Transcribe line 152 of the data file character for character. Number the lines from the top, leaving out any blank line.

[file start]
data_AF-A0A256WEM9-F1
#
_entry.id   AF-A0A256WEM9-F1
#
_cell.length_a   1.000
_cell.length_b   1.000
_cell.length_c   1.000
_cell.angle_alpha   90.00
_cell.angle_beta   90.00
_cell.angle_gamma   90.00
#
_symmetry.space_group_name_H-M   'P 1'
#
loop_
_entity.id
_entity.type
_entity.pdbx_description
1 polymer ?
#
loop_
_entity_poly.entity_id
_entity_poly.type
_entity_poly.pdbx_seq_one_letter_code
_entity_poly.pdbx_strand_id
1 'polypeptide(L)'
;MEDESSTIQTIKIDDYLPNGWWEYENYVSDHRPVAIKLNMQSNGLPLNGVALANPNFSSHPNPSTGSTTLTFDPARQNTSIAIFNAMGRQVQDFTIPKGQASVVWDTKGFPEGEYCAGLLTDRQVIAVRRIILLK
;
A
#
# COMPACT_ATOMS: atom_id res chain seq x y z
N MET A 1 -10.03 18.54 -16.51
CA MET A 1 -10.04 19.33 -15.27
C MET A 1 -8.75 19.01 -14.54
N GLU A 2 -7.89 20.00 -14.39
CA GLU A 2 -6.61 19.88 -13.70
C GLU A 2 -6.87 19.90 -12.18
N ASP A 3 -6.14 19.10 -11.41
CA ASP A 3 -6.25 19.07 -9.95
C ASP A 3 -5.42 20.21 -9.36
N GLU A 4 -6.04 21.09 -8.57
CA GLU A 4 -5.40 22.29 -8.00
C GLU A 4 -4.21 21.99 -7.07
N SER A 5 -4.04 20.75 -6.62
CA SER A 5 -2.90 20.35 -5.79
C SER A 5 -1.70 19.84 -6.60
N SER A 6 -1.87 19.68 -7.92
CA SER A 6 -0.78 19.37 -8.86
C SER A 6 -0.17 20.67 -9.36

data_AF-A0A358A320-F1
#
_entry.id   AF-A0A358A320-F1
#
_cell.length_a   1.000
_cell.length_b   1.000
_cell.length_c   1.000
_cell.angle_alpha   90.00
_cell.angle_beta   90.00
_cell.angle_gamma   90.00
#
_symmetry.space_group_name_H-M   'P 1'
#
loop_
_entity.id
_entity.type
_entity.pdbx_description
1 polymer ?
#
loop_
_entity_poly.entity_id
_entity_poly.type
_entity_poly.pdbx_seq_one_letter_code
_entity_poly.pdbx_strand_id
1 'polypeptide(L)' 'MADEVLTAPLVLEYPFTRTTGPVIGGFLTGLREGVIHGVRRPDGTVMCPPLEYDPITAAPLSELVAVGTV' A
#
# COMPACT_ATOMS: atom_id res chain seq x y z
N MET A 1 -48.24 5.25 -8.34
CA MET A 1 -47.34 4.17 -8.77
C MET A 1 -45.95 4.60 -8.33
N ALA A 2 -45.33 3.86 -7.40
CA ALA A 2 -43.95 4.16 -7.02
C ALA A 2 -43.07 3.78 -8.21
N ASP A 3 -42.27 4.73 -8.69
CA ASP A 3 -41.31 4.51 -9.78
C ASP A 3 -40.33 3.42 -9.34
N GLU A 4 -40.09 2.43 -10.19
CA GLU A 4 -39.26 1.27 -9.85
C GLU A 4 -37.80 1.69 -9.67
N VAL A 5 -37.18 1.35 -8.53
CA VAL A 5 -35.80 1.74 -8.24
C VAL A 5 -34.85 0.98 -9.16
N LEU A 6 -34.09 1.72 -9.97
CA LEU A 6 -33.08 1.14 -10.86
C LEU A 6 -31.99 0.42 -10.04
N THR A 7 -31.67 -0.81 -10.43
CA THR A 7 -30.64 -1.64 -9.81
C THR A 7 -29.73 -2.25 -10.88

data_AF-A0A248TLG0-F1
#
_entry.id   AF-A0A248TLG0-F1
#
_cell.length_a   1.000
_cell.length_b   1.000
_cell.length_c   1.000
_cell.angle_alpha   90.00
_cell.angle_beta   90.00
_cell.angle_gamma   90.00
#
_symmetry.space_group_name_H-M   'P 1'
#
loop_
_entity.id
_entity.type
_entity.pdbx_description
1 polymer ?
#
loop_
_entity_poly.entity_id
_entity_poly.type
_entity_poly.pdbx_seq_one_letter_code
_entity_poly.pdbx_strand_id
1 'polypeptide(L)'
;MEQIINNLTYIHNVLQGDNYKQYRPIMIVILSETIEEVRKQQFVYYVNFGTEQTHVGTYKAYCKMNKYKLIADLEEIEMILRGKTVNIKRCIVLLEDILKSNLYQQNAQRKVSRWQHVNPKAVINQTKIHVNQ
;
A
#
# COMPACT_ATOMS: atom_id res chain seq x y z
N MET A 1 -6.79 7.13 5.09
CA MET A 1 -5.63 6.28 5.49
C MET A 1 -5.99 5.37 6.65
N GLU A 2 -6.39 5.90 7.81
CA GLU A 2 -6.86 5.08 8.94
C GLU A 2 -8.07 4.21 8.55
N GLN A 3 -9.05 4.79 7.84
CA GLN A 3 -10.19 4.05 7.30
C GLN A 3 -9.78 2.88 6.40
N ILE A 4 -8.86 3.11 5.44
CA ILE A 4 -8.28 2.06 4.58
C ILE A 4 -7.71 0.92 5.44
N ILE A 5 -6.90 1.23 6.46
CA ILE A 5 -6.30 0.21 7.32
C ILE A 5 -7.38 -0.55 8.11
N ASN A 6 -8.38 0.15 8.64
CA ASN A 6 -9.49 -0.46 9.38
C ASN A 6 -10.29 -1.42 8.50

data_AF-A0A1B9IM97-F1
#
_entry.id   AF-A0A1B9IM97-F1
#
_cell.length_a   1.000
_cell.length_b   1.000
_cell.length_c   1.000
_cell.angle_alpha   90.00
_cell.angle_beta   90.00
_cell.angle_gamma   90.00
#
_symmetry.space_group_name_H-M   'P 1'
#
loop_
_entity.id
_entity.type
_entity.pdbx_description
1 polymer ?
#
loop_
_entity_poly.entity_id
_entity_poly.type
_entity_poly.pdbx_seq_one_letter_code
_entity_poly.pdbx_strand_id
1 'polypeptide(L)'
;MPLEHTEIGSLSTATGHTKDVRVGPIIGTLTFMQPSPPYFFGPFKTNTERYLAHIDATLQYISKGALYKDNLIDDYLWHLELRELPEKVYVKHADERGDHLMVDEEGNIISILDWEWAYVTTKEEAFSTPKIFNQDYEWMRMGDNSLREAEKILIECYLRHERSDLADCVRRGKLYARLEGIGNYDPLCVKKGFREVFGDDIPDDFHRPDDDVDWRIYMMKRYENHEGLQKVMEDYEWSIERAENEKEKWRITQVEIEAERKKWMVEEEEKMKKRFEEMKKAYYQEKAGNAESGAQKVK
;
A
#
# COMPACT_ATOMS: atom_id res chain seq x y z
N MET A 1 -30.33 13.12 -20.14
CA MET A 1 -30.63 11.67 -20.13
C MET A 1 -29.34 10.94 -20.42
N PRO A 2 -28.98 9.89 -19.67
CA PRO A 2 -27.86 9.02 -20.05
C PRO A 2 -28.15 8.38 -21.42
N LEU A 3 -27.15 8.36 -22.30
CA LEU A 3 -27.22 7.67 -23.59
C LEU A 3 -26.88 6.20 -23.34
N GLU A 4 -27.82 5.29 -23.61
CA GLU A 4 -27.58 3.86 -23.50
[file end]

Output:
_cell.angle_alpha   90.00